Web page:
Dancer and choreographer Ida Arbeit, 99, will be featured in a performance on June 7 at the St. Paul JCC
By ERIN ELLIOTT /Â Community News Editor
Maria DuBois Genné first described Ida Arbeit as a “99-year-old dancer.” Then she changed her mind, saying Arbeit is “a dancer who happens to be 99.”
Genné is the artistic director of Kairos Dance Theatre (KDT), a 16-member intergenerational modern dance company. When Arbeit moved from New York to St. Paul nearly two years ago, she and her family learned about KDT and Arbeit began attending rehearsals.
Currently, KDT rehearses on Fridays at the Wellington in St. Paul, where Arbeit lives. On May 15, Arbeit joined Genné, Peter Podulke, Jesse Neumann-Peterson and Carla Vogel to work on “Dancing with Ida,” which will be performed on June 7 at the St. Paul JCC.
“I’m back to where I was when I first started dancing,” Arbeit told the Jewish World. “For me, it’s just like going back again. It’s just giving back to me what I gave to others.”
- Ida Arbeit (center) rehearses with Kairos Dance Theatre members (l to r): Maria DuBois Genné, Peter Podulke, Jesse Neumann-Peterson and Carla Vogel. The scene will be featured in a dance performance at the St. Paul JCC on June 7. (Photo: Erin Elliott)
Arbeit was born into a Jewish family on Dec. 7, 1909, in New York City. And from an early age, she knew she wanted to be a dancer.
“If you want to do something badly enough, you’ll climb mountains to do it,” Arbeit said. “That’s what I had to do.”
In the first half of the 20th century, she wanted to dance with a new group that had been created under the Federal Theatre Project (FTP). This was a New DealÂ initiative to fund theater and other live artistic performances in the United StatesÂ during the Great Depression.
It was one of five Federal One projects sponsored by the Works Projects Administration (WPA), and the FTP’s primary goal was to employ out-of-work artists, writers and directors. (A 1999 film, Cradle Will Rock, is based on Orson Welles’ attempt to stage a musical about a steel strike under the FTP.)
Arbeit changed her name, address and entire life story to appear unemployed and destitute in order to get a job with the group.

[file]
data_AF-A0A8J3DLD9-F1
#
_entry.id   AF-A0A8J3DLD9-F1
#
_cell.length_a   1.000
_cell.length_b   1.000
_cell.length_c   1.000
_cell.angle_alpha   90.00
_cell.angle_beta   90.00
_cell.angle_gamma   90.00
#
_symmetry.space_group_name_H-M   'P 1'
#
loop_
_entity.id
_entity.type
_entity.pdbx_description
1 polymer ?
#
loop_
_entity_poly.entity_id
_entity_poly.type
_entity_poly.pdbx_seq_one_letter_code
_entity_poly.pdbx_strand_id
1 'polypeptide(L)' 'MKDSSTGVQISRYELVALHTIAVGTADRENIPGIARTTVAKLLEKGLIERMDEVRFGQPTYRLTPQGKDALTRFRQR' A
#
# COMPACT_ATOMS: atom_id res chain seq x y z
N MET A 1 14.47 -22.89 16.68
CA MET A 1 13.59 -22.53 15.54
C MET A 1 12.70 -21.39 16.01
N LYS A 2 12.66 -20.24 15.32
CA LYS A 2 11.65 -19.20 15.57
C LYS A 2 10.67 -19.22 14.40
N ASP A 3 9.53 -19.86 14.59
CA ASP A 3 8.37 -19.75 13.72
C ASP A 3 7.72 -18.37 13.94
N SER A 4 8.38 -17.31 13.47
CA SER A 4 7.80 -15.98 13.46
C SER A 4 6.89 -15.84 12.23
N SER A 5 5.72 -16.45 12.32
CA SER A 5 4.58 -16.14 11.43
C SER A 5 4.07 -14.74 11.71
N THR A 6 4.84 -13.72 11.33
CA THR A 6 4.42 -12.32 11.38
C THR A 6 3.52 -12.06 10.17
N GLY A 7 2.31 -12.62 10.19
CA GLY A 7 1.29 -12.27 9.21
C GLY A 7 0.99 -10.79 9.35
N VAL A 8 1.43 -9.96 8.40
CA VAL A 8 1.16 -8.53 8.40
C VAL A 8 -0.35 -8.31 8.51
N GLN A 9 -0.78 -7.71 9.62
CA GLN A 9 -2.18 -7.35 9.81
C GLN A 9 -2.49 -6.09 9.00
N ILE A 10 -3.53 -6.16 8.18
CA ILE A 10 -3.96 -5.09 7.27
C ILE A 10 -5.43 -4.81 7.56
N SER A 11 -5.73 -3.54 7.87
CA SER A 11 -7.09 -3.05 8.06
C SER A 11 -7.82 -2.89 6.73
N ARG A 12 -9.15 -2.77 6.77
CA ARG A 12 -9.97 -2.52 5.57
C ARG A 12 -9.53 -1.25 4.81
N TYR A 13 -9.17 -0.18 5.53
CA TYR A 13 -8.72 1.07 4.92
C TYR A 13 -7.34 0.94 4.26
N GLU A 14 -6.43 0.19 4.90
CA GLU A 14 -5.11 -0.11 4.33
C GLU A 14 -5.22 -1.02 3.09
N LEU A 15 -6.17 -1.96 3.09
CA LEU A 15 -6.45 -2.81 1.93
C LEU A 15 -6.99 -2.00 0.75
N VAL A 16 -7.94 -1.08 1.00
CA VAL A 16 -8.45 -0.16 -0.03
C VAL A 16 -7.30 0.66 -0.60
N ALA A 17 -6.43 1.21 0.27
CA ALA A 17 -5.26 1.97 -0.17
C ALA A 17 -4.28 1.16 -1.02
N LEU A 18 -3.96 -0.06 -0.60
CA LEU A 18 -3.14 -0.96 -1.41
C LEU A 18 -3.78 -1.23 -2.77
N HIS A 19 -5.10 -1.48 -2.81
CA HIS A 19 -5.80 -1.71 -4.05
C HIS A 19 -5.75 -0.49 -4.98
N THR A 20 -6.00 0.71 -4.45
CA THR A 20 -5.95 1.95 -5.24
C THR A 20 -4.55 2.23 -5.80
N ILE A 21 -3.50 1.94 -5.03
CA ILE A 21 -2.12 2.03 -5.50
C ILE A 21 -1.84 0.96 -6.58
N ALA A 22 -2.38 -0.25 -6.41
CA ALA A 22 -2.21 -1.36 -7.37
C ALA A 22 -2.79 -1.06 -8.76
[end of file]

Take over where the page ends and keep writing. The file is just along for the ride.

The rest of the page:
“I wasn’t ashamed of what I did because I wanted to dance so badly that I made up a story of my life that changed my whole life,” Arbeit said. “So I lied. So what if I lied? I gave something to the world. I danced.”
Arbeit auditioned for legendary choreographer Helen Tamiris (originally Helen Becker), who was also Jewish, and she danced with Tamiris’ company for 12 years under the name Ida Little.
“They used to called me little Ida because there was a bigger Ida, so I reversed the name,” Arbeit said. “I loved every moment of it.”
Arbeit danced in Tamiris’ 1937 concert piece “How Long Brethren?” which depicted the despair of unemployed Southern blacks. The piece was danced to Lawrence Gellert’s “Negro Songs of Protest” sung by an African American chorus.
“Later, they did it on Broadway for five months,” Arbeit said. “It was a beautiful thing to see. [Tamiris] was never given enough credit for what she did.”
When Arbeit began working with KDT, Genné originally wanted to recreate “How Long Brethren?” — Arbeit still remembers the choreography — but choreographer Dianne McIntyre had already recreated the performance in 1991 with Arbeit’s help.
“Ida has always said to me, ‘I am not about the past, I am about the future,’” Genné said. “So I said, ‘Ida, how about we make something new together?’ And that’s how this all started.”
Genné said that on Fridays, the dancers become Arbeit’s company.
“Ida’s the lead, so Ida gives us ideas and we try to translate that into choreography,” Genné said. “We come to listen and learn and dance under [her] direction.”
The performance is part of a KDT series inspired by the artists of the Harlem Renaissance. The artists use dance, storytelling and music to create a dialogue between past and present, movement and sound, and performer and audience.
Vogel, who is a Jewish storyteller, talks with Arbeit during a piece that is danced to “Autumn in New York.” Vogel said the show is a “tribute to Ida.”
“I’ve lived a long time and I’m looking forward to tomorrow,” Arbeit said. “And if I laugh enough, I’ll laugh myself into 100.”
“Dancing with Ida” will be performed 3 p.m. Sunday, June 7 at the St. Paul JCC, 1375 St. Paul Ave. Tickets are $5 for adults and $3 for students, children and seniors, with a $15 maximum for families. The performance is partially funded by a grant from Metropolitan Regional Arts Council. To make a reservation, call the St. Paul JCC front desk at 651-698-0751.
For information about Kairos Dance Theatre, visit: kairosdance.org.
- Ida Arbeit (right) talks to Carla Vogel about New York’s Central Park during a recent dance rehearsal at the Wellington in St. Paul. (Photo: Erin Elliott)